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Pointers along the way #144

Having, and getting more
- Jacob Ninan

Jesus spoke about a sure way of getting more, which is quite unlike what many Christians are being taught now a days. He said that those who have will be given more, and from those who don't have, even what they have will be taken away! This is quoted five times in the four gospels, three times in connection with the parable of the sower and the different types of ground, and two times in relation to the parable of the talents (Mt.13:12;25:29;Mk.4:25;Lk.8:18;Lk.19:26).

At first glance, this doesn't seem to make sense, giving to someone who already has and taking away from someone who hardly has any. So we conclude that Jesus meant something other than what appears on the surface. He wasn't obviously talking about a business technique. He wasn't echoing what many people think, that the rich are getting richer and the poor poorer.

Of course, what Jesus meant is that if we are faithful with what we have, we shall be entrusted with more, and that if we are unfaithful with what we have, even what we have will be taken away.

Jesus was talking about more than money. We tend to think in terms of money, wealth, what can give us a comfortable life, etc. Jesus said that if we were faithful with money, He would grant us true riches (Lk.16:11). True riches are what would be valuable in eternity, such as a godly character, divine wisdom, usefulness to God and people in terms of service, etc. If we demonstrate faithfulness in the little things of life (Lk.16:10), God will reward us by entrusting to us more responsibility, more fruitfulness and more usefulness.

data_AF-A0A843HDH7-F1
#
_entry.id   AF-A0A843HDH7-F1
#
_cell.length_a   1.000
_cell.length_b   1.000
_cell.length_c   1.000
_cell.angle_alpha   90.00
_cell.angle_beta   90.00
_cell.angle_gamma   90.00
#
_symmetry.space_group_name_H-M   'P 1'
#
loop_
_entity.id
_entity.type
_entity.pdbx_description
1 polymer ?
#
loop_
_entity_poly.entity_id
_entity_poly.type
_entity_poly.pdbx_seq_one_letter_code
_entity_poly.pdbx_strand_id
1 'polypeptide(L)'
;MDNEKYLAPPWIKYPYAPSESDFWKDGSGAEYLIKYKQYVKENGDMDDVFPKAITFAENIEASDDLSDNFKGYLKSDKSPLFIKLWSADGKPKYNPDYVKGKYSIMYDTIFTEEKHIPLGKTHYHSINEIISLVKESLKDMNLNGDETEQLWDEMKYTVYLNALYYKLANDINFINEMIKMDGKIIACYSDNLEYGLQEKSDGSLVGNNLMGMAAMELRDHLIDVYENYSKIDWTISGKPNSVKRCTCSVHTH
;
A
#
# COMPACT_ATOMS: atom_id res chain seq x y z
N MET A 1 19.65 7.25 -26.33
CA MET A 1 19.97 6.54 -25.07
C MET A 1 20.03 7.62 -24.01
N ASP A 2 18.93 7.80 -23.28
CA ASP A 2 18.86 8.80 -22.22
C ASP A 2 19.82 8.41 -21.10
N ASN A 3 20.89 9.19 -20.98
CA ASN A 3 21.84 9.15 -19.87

In this sense all children of God are not equal. Even though all are saved by grace through faith, God is not able to trust everyone with the same level of responsibility. Some bear thirtyfold, some sixtyfold, and some hundredfold fruit. On the other hand, some even lose what they had already received from the Lord (e.g., anointing), because of carelessness and unfaithfulness.

Is there any greater joy on earth than to be useful to the Lord and to His people? Isn't this much more precious than silver or gold, or fame or name? (1Pe.1:7). Why hanker after more money, a bigger house or car, a greater name, etc.? When we learn to be more faithful, we get nearer to God's heart, and there we can enjoy pleasures and treasures that we cannot imagine elsewhere (Ps.16:11). Once we have tasted something of this, we seek all the more for more of it.

Faithfulness is more that righteousness. By being righteous we do what is right and avoid what is wrong. But by being faithful, we become better stewards of God's gifts, whether it is time, money, talents, or opportunities. Then our mind will be focussed on what God wants, what would glorify God, what would delight His heart, etc., rather that what we can get from Him. This is the life that would satisfy His heart as well as ours.